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Meaningful Work

Once upon a time, there was Randy.


Randy hated to write. His penmanship was tortuous, his spelling “invented,” and his interest in crafting narrative non-existent. When my third-grade class began learning basic information about the American Revolution, Randy was initially excited but quickly became bored. His passion for US History had spurred him to pursue hours of reading and discussion with his historian mom long before he arrived in my classroom, and there wasn’t a single name, date, or event in the scope and sequence with which he wasn’t already quite familiar.

What to do with Randy? It didn’t make sense for him to work on projects and learning activities whose purpose was acquiring data he had already acquired! And regardless of his skill in recall of information, there was still that little problem with penmanship, spelling, and composition. As his teacher, I knew that simply plopping more books and worksheets in front of him would neither deepen his understanding nor strengthen his skills. He needed meaningful work.


Randy himself gave me the answer, as our students so often do, if only we are attentive!

While his peers were busy matching cards showing the names of battles with other cards showing the names of generals, Randy wandered over to where I was creating a KWL chart for our next unit and casually said, “Mrs. Imbody, I already know all those battles. But I tried to tell the kids about the strategy of Yorktown, and they didn’t know what I was talking about.”


“Randy!” I responded. “You need to help us! I don’t know what the strategy of Yorktown was, either, so I can’t offer them much in that department. Is there some way you could help us understand the thinking behind some of the most important battles?”


Randy thought for a moment. “Well, I could just tell them.”


“You could, that’s true. But if they’re anything like I am, they might need to see some diagrams or maps or something visual like that in order to really ‘get it.’ And then we also have people in our class who understand better if they can read something. Is there anything you could do to help those kids, as well?”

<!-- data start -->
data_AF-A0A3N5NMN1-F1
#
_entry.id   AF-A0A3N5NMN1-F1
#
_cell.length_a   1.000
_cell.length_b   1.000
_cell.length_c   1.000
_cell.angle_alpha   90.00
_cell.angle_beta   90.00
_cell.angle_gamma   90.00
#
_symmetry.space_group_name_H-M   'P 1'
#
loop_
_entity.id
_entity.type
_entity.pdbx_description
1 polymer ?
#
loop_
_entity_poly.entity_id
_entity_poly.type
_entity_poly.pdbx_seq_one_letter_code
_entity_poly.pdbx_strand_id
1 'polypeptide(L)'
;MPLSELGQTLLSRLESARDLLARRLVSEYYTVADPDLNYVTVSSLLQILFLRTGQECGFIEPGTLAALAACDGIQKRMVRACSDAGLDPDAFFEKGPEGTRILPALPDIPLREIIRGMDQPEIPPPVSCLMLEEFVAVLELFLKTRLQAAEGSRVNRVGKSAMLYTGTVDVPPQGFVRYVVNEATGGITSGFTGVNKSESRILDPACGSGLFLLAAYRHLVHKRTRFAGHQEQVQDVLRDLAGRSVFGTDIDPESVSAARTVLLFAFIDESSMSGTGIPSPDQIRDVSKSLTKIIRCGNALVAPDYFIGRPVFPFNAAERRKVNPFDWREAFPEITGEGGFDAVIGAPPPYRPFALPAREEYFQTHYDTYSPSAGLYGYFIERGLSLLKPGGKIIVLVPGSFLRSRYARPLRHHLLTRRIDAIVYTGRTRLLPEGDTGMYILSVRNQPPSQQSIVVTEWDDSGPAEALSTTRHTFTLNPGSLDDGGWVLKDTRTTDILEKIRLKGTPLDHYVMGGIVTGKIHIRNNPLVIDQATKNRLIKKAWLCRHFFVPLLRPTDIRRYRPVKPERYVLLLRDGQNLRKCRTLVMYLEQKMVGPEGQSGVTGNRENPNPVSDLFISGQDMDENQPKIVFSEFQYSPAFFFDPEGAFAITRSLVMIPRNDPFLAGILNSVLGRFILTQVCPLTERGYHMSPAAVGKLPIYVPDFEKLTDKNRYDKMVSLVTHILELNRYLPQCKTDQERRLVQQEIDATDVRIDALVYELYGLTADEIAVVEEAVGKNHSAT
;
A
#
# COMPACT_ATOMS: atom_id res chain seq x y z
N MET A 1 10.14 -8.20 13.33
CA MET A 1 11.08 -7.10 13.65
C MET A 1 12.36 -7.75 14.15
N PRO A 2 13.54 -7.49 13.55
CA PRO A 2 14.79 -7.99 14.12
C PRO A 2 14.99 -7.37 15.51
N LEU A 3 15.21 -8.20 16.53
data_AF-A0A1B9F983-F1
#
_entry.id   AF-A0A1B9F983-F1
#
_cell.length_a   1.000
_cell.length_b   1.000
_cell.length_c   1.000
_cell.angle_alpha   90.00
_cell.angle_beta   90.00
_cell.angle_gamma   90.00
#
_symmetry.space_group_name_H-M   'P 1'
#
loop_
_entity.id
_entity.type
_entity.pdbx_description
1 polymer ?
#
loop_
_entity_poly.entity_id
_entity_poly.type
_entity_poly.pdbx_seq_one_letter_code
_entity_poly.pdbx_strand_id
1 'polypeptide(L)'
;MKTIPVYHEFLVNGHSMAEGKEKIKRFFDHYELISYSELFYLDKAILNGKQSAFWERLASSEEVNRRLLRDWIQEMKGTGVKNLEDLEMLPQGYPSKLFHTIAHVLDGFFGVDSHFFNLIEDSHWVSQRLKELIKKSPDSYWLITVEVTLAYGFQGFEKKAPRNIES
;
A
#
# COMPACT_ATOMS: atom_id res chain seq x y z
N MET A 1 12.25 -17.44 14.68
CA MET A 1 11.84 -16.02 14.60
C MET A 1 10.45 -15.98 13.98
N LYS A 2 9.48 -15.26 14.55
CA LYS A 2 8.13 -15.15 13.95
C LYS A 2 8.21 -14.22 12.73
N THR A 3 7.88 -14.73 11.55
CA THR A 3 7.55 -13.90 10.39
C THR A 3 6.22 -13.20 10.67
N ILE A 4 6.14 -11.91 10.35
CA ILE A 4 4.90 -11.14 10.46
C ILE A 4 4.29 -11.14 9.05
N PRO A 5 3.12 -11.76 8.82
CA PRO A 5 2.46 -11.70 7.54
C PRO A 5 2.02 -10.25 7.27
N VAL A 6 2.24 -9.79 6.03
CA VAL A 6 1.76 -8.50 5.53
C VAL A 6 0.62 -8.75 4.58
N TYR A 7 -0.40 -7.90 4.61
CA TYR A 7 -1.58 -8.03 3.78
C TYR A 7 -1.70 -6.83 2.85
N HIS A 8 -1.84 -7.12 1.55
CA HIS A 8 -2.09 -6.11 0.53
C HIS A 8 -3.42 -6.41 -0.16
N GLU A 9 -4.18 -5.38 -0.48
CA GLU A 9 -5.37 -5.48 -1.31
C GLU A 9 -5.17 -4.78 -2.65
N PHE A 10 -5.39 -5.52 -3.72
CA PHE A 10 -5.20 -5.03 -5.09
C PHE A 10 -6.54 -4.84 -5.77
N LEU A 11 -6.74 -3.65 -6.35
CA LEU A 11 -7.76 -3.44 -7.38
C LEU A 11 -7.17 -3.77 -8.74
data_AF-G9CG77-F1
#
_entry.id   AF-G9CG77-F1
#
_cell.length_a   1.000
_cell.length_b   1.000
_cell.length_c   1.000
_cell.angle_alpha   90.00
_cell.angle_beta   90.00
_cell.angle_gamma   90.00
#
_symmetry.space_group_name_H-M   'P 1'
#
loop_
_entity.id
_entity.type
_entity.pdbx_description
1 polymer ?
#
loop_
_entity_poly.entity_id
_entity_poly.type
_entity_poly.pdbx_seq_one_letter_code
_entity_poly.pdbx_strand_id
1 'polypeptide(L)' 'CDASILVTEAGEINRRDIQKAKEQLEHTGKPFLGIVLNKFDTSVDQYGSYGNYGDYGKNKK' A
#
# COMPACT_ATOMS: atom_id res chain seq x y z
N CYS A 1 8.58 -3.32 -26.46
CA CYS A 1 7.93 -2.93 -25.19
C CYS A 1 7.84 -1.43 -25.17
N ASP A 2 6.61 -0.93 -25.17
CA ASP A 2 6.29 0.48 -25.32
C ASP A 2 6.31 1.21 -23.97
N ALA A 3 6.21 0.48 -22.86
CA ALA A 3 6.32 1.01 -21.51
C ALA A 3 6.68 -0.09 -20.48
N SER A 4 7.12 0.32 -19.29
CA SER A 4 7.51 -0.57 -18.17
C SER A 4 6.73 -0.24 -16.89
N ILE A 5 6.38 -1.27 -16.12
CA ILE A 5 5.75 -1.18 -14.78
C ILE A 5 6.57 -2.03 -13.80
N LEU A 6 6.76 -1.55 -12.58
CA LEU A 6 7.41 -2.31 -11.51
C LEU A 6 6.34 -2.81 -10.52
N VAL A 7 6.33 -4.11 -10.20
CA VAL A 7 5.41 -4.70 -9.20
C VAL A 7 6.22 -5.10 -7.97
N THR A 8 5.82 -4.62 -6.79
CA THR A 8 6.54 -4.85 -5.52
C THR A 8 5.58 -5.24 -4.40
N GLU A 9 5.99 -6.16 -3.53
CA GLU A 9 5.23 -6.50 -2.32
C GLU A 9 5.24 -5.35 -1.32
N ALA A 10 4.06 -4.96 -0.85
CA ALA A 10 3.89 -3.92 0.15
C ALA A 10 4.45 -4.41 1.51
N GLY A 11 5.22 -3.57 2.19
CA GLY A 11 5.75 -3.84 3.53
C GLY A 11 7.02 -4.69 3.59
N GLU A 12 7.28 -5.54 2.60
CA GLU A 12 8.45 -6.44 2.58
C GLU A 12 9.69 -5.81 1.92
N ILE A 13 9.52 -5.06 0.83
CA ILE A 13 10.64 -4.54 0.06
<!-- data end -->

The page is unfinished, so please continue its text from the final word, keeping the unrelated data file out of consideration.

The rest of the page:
Again, Randy thought for a moment, fully engaged in wrestling with the problem at hand. When he spoke again, there was an energy and enthusiasm I had seldom seen from him.

“What if I draw some maps and diagrams that show how the armies moved around during that battle? What if I make it something like a . . . a scroll?”


“That would be great, Randy! Could you also write a paragraph for each diagram so the people who process information better by reading could also understand? Then maybe you could share with each of the groups and field some Q and A time. What do you think?”


“I could do that!” was Randy’s uncharacteristically eager response. Together we decided on a project that involved his creating a sequence of maps with accompanying diagrams, written paragraphs, and oral presentations explaining four battles that Randy would identify as having been key in determining the outcome of the Revolutionary War.


Over the next several weeks, Randy drew maps and diagrams. He read, and he researched. But he also looked up spellings, wrote and edited sentences to indicate the correct sequence of events, and practiced his oral presentations. When one of his peers was unable to decipher an illegible word, Randy was highly motivated to “fix it.” He wrote more paragraphs during that assignment than he had in all the previous weeks combined!

Consistent difficulties with cursive capital letters were overcome as he repeatedly wrote the capitalized names of his chosen battles and their respective generals. His social skills were tremendously boosted by his genuine desire to communicate things of importance to an interested audience.


Of course, Randy ended up learning a lot. So did his classmates. So did I. Randy’s ability to form legible letters, write effective narratives, and communicate complicated events was certainly strengthened. His peers were exposed to more compelling components of historical study than the mere linking of names and dates. And I learned to guide my class in perceiving authentic needs and providing authentic responses in service to those needs. Meaningful work makes motivated students!


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